Study links hypertension with 22 percent rise in risk of severe Covid

High blood pressure, known as hypertension, can be dangerous. A heart attack or stroke is more likely to occur if you have hypertension. Early on in the Coronavirus pandemic, it was recognised that high blood pressure was common among Covid patients that died or were hospitalised. New research has suggested that hypertension increases the risk of unvaccinated people dying or being hospitalised by 22 percent.

The study, published on November 9, looked at the health data of 16,000 people who tested positive for Covid between March 2020 and early 2021.

The database the researchers used was the UK Biobank, which contains huge amounts of detailed genetic and health information from half a million Brits.

The authors of the study also discovered that how much “control” people had over their hypertension mattered too.

In one part of their research, they looked at the GP records of the participants who had hypertension to see if their condition was out of control or in control with medication.

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Holly Pavey, a PhD candidate of Cardiovascular Epidemiology at the University of Cambridge, and co-authors Carmel McEniery and Ian Wilkinson, also from Cambridge, wrote in The Conversation: “For people with poorly controlled blood pressure, we found the risk of severe Covid was almost double than among those who had a diagnosis of hypertension but whose blood pressure was under control.”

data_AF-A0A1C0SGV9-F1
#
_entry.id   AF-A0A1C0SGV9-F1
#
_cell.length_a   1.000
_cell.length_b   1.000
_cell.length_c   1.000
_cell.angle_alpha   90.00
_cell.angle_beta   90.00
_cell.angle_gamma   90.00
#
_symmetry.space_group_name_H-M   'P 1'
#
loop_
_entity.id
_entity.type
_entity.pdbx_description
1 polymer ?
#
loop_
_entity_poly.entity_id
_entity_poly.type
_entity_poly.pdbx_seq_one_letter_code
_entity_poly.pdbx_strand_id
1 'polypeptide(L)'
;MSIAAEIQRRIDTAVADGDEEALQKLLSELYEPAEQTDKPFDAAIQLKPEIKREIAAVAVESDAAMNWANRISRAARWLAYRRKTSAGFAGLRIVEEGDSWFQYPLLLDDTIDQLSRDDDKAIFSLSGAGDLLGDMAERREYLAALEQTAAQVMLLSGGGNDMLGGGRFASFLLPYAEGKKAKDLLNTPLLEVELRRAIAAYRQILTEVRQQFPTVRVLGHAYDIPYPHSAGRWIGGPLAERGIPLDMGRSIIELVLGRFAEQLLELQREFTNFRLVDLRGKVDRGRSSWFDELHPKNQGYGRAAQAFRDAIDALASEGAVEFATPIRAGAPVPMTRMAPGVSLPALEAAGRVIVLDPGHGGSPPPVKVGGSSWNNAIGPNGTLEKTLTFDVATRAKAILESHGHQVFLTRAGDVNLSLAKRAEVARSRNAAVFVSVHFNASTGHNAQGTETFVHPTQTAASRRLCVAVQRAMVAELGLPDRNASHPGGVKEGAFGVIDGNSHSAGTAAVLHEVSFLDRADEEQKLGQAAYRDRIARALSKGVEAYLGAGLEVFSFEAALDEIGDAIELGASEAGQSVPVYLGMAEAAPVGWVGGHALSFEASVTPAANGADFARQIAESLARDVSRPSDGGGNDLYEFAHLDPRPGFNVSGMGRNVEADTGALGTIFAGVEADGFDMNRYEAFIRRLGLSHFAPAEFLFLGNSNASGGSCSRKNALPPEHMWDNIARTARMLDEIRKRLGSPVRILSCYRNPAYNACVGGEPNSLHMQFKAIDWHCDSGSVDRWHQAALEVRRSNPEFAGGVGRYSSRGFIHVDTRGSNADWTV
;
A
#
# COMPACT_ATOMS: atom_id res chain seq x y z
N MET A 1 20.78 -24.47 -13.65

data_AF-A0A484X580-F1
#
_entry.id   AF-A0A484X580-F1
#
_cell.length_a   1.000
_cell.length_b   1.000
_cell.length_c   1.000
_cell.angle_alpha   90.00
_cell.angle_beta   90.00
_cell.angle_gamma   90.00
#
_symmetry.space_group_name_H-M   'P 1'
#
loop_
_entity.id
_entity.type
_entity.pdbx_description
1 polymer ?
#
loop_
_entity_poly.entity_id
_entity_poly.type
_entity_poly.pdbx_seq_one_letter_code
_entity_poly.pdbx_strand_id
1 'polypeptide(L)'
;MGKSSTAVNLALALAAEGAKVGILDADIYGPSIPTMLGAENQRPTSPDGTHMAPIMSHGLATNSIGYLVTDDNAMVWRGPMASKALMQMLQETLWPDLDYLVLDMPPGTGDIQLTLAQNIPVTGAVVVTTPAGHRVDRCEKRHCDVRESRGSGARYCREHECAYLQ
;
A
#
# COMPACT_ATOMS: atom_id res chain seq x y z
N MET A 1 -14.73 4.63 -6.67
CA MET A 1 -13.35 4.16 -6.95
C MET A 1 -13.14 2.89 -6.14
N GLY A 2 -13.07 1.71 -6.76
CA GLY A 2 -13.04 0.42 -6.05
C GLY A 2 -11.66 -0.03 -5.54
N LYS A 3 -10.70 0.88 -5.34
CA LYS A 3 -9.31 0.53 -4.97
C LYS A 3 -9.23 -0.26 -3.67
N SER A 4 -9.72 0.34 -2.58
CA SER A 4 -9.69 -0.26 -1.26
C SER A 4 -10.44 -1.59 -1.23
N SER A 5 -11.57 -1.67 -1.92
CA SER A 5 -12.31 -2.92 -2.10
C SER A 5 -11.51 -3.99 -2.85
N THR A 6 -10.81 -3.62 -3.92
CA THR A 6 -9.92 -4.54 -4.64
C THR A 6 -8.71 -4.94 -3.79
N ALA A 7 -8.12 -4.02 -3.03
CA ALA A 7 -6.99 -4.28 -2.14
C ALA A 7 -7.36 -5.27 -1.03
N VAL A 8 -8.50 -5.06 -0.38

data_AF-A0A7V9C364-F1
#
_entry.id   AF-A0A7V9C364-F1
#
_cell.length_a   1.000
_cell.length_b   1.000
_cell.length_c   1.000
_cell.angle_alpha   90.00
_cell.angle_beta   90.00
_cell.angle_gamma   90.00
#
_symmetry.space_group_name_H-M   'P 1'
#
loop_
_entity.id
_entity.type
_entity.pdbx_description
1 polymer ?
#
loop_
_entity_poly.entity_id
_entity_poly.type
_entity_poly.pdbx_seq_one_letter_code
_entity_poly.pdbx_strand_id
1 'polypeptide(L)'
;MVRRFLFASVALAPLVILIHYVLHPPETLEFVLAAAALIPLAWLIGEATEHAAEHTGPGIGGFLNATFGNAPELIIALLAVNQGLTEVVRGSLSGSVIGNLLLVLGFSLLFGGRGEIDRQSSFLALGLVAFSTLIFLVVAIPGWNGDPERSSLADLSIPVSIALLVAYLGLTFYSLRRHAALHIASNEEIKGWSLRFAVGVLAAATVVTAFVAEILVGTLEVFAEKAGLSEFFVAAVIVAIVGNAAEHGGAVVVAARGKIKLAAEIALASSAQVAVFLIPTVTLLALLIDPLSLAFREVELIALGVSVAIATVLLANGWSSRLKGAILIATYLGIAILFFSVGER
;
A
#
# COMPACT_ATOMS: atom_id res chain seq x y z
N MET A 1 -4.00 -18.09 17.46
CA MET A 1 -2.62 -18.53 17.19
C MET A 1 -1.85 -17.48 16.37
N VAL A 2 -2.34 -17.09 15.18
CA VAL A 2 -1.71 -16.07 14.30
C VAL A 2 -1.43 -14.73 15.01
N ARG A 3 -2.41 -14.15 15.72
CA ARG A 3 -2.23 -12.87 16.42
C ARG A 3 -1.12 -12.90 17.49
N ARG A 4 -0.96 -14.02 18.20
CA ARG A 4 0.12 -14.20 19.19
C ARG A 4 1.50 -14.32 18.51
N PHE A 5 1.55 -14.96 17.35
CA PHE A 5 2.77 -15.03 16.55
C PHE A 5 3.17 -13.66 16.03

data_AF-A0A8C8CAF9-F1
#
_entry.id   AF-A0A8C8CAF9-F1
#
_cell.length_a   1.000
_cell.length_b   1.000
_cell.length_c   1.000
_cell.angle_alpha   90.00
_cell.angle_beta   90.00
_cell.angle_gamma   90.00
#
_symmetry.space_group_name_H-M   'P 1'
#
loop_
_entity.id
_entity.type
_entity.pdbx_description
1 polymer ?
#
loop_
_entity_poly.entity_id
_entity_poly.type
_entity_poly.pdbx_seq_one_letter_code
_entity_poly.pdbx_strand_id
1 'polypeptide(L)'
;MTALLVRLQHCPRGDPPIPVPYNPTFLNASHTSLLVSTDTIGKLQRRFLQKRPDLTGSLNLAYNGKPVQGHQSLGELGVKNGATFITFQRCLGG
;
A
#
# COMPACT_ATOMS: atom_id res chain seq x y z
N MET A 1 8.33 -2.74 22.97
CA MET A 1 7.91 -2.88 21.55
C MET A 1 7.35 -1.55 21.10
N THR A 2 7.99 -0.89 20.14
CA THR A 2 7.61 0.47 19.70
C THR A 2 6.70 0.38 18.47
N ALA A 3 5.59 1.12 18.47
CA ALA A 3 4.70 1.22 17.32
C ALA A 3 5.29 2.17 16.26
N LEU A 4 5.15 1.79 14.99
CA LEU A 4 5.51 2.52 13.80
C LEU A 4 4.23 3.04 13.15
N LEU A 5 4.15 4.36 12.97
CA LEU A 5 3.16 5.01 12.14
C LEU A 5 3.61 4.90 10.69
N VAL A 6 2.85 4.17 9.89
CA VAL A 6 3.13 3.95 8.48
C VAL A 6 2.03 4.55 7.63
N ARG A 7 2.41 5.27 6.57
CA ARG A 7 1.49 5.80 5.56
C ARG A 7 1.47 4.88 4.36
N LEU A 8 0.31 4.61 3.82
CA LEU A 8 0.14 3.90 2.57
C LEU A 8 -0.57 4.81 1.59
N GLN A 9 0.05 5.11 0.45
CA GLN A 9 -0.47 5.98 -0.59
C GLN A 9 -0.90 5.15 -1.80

They added: “Thanks largely to effective vaccines and treatments, we’re seeing fewer people hospitalised and dying from Covid than earlier in the pandemic.

“Nonetheless, our research pinpoints high blood pressure as a significant risk factor for severe Covid, and shows that effective blood pressure control is important to reduce this risk.

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However, in some cases, it can show symptoms including blurred vision, chest pain and dizziness.

The other symptoms, according to the BHF include:

  • Nosebleeds
  • Shortness of breath
  • Headaches

The health body says: “If you are aged 40–74 you can ask for an NHS health check in England only, but similar schemes are available in other parts of the UK.

“Your doctor should write to you every five years about this, but you can also just make an appointment to check your blood pressure.”

A large chunk of cases of high blood pressure is down to excessive salt consumption. Salt fills up your blood vessels with water, which puts extra pressure on them.

Cutting back on salt is one of the best ways to reduce your risk of hypertension. The NHS recommends consuming six grams of salt per day.

Avoiding foods high in salt, fats, and sugars can reduce your blood pressure too.

If you smoke, you should stop this. If you consume too much alcohol, you should try to cut back on it. If you find this difficult due to addiction, there are services available to help.

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